The situation in Afghanistan is bad. How bad? The head of the US military is warning against a comparison between Afghanistan and Vietnam because “Afghanistan is much more complex.” The policy recommendations keep coming in as the Obama Administration plans its escalation, but the proposed strategies couldn’t be more different.
The Carnegie Endowment issued a report called “Focus and Exit: An Alternative Strategy for the Afghan War,” which cautions that the escalation is the worst possible strategy, pointing to the limited resources and saying that reducing military confrontations would be the best way to divide the opposition. To them, withdrawing from Afghanistan without the government collapsing should be the main policy objective.
But another study by the Pentagon, classified and referenced only indirectly by officials, calls for the military to abandon any serious attempts at shoring up the government and to focus instead on fighting the militants everywhere they can, particularly in Pakistan.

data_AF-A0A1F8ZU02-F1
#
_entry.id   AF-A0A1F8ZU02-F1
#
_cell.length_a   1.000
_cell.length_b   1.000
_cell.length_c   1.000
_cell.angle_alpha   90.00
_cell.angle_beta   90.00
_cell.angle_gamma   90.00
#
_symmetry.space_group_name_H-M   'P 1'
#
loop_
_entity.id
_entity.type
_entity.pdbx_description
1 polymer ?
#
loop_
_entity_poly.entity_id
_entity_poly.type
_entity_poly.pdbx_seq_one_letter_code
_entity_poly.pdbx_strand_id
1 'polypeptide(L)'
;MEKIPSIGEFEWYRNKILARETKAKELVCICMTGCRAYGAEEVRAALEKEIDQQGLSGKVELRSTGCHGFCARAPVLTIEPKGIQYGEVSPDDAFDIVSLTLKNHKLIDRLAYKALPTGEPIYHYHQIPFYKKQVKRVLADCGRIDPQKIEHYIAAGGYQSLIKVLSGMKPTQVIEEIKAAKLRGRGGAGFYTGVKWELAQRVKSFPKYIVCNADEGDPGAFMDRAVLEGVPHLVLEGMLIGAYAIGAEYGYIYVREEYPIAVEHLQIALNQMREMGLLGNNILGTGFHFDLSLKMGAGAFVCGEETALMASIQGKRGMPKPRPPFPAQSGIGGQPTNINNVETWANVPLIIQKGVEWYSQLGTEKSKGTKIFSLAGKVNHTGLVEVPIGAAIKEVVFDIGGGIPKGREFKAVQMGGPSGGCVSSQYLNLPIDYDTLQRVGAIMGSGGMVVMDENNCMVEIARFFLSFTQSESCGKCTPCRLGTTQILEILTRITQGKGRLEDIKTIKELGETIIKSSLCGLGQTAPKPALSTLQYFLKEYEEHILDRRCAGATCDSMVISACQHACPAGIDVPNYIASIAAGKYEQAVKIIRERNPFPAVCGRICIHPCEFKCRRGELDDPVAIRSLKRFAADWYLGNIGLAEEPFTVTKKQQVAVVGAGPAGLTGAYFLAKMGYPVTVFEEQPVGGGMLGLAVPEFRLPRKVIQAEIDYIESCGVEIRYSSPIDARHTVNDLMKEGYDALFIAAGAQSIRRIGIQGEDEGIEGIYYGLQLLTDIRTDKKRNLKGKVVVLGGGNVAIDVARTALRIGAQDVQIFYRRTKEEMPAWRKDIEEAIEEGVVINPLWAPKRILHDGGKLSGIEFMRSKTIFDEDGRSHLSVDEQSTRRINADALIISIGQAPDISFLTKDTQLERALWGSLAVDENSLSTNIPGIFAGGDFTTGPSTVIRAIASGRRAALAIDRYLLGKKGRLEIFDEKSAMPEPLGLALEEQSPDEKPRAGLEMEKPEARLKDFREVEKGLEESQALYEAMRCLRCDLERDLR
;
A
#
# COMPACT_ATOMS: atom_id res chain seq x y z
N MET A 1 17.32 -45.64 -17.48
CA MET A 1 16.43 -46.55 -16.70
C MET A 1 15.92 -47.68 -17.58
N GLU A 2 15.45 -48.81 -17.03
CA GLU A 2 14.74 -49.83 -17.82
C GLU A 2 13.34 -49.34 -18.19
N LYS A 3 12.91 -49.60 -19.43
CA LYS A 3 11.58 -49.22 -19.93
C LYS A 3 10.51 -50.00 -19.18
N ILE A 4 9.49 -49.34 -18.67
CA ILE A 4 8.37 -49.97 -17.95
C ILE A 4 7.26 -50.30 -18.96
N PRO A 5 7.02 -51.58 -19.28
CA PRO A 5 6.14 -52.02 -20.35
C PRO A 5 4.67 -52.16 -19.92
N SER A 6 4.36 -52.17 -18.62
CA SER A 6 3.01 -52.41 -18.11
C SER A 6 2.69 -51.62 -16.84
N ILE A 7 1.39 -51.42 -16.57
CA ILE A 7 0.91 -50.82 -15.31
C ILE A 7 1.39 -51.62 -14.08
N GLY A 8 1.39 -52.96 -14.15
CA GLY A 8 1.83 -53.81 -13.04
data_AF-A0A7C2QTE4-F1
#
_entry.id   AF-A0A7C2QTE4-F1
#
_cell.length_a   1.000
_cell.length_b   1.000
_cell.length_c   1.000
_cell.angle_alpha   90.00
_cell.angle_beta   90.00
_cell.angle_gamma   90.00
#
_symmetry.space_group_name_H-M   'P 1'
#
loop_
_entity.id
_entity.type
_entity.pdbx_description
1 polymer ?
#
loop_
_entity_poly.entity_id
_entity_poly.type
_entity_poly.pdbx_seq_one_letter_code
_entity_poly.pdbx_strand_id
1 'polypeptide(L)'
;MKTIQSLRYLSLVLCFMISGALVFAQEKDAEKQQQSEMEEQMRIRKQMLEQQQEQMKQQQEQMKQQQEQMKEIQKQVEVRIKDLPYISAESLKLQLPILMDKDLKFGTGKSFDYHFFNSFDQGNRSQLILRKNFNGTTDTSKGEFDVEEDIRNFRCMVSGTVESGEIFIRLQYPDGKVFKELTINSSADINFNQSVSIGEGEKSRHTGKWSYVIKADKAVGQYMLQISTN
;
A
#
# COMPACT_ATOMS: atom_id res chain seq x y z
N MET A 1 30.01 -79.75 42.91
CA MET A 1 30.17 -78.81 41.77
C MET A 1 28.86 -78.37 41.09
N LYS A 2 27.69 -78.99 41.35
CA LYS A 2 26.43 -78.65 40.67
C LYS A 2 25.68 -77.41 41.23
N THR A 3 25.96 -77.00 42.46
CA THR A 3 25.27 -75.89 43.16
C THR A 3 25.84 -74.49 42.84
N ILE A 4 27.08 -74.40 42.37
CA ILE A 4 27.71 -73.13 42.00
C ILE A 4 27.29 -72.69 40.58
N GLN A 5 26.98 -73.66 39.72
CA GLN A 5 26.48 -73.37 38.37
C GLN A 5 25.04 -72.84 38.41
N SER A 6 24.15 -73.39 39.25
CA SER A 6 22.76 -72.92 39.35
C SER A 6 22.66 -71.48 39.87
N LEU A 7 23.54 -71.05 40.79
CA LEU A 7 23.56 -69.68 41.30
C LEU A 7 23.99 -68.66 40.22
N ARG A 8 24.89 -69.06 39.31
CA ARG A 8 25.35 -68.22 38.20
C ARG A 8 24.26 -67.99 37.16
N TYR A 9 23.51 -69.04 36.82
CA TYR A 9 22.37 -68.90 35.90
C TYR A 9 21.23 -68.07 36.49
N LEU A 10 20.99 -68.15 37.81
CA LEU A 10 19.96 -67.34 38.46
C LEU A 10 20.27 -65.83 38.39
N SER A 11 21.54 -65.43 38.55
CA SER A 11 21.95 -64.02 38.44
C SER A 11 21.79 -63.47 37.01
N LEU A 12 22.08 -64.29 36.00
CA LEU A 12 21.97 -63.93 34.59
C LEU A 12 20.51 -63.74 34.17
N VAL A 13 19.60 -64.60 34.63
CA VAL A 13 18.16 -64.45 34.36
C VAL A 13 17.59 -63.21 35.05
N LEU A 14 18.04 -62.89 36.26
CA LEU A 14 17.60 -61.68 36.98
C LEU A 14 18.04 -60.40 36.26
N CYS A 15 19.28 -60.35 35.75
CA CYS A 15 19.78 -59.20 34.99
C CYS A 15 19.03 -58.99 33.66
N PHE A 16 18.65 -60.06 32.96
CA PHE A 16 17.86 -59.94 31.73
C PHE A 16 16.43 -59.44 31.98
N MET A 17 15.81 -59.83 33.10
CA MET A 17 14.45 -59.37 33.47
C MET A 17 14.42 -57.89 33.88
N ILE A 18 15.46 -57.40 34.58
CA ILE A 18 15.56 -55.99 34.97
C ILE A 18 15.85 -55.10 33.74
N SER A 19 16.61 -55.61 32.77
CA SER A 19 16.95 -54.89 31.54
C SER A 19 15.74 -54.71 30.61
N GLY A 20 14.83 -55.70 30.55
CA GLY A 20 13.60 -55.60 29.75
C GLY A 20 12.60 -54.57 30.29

If the two agree on one thing, it’s that the current strategy of staying the course on the Bush Administration’s goals and just throwing more troops and money at the problem isn’t going to work. Past that neither seems to expect a full-fledged victory, and appears to be advocating lowering the expectations enough that the military can eventually leave without the humiliation of admiting defeat. Yet every year the expectations have been lowered and every year the situation has gotten worse. In the end neither seems to offer anything but hopes that the war will eventually accomplish something besides killing thousands of Afghan civilians.
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